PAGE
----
For instance, two months ago my predecessor, General Tom Middendorp, invited the Hassani brothers to his office. You may not know them, but these two brothers fled Afghanistan nineteen years ago. They now live in the Netherlands, where for the last three years they – together with a team of 21 young engineers from all over the world – have developed a mine-hunting drone.
Today, this drone is not only able to fly over a mined area.
-But it also generates a detailed 3D map with a built-in aerial mapping system:
-Uses a metal detector to pinpoint any landmine:
-Places a detonator on top of the mine with its robotic arm;
-And then flies away, and ‘BOOM’… lets the explosive do the work.
According to the two brothers, these capabilities not only make demining safer, but also twenty times faster than existing devices. Not to mention two hundred times cheaper than traditional demining methods. But before they can actually prove the drone’s capabilities, the brothers need to finish their prototype and start testing it on real landmines.
And that is where the Ministry of Defence comes in. We offered Massoud and Mahmud the opportunity to test their drone regularly at one of our military test facilities. Where they will also have the chance to talk to our military experts. To further improve their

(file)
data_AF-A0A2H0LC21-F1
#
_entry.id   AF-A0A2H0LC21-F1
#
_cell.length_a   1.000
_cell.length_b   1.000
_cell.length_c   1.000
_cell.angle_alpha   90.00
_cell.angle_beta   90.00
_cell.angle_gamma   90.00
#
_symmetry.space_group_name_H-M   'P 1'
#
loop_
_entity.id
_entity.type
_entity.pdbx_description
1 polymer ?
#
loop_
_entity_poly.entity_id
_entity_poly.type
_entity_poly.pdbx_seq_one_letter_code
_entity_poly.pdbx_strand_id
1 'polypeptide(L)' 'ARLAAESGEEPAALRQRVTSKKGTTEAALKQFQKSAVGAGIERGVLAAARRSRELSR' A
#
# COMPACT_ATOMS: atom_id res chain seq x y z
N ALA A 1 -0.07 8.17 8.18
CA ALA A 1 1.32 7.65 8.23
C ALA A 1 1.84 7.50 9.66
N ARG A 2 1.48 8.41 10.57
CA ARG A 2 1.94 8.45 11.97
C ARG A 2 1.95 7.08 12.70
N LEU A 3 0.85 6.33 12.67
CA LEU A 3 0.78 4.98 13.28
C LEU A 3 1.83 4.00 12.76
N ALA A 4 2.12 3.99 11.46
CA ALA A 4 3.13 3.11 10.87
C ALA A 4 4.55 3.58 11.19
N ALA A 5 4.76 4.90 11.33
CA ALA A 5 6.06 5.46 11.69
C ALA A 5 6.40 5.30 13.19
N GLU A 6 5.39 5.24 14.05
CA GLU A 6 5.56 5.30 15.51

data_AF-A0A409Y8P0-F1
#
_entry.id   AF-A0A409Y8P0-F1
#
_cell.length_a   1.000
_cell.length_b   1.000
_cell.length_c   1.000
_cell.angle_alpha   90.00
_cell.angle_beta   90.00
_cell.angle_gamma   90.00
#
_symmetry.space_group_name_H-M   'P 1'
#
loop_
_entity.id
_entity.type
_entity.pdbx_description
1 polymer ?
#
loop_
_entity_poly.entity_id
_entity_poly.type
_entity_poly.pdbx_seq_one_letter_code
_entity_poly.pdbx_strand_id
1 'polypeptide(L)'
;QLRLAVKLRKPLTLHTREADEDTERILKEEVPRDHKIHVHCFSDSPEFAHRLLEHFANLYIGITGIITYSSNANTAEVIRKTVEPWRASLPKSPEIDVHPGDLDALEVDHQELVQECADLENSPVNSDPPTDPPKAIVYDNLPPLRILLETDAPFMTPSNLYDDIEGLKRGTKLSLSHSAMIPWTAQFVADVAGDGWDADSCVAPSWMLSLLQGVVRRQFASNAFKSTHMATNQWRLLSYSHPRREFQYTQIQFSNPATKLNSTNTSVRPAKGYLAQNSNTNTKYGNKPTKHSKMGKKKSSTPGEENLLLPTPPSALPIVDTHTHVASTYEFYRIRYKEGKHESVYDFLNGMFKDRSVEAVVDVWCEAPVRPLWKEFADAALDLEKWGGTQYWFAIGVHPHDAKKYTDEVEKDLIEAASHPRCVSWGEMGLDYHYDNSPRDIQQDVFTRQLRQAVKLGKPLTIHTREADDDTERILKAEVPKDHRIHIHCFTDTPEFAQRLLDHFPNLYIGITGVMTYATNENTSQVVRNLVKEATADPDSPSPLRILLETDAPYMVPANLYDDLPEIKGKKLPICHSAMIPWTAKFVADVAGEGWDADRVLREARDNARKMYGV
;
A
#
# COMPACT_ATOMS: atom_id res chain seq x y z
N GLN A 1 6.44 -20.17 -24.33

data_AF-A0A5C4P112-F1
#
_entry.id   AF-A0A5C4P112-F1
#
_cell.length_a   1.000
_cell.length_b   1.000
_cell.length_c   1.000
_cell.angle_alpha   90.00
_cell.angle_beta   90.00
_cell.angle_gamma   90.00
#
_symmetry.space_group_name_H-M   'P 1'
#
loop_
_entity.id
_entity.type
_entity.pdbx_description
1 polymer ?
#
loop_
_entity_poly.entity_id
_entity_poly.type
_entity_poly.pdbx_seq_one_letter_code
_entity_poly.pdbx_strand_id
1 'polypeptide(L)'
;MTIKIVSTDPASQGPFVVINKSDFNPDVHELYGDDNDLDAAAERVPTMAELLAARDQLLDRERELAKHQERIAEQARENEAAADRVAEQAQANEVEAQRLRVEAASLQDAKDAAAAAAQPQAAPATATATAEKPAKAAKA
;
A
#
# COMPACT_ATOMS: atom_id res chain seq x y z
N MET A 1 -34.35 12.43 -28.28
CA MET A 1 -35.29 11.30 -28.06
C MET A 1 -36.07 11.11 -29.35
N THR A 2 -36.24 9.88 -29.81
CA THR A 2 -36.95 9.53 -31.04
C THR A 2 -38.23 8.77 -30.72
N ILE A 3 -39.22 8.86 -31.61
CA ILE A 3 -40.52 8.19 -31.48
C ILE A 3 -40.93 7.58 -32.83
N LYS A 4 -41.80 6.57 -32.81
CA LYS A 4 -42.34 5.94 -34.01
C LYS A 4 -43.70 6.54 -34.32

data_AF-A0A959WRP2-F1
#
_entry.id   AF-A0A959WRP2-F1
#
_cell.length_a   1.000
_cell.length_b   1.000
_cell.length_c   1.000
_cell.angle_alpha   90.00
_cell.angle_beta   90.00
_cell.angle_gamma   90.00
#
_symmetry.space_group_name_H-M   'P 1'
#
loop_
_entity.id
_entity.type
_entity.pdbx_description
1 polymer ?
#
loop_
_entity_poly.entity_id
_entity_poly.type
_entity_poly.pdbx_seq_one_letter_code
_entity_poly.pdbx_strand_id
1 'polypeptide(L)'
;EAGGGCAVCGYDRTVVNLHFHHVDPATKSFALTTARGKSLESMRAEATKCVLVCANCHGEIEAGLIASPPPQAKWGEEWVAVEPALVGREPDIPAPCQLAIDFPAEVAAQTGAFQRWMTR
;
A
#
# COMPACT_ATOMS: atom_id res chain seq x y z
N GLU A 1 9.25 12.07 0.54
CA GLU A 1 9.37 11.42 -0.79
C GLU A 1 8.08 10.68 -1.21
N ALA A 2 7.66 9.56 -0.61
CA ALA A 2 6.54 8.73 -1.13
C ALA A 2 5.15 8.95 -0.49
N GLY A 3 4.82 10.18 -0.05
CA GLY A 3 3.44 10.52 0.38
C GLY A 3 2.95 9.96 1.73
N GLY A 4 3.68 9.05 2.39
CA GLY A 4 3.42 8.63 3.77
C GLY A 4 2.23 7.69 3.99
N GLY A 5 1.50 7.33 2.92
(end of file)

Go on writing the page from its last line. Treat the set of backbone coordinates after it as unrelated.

innovation as they go along. So that one day… they will see their dream become a reality: And that is to clear all 110 million landmines worldwide – within ten years.
Please allow me to give you one final example from the Future Force Conference, which shows how collaboration between NGOs, civilian parties and the military can result in an innovative solution. A solution that is very interesting for all of us.
Let me explain.
Working towards the Future Force Conference, people from the Royal Netherlands Air Force and Capgemini came together and decided to design a whiteflag protocol. It is a decentralised protocol to create a trusted messaging network for disaster and conflict areas.
How this works?
Well, the protocol works on the basis of the Blockchain. The technology on which bitcoins are based. By design, this technology is neutral, and therefore not European, American, Russian or Asian. The idea is that all conflict stakeholders are able to digitally join this network. And the stakeholders are able to let each other know exactly where they are working or operating. Think of aid workers, for instance. Or soldiers and journalists.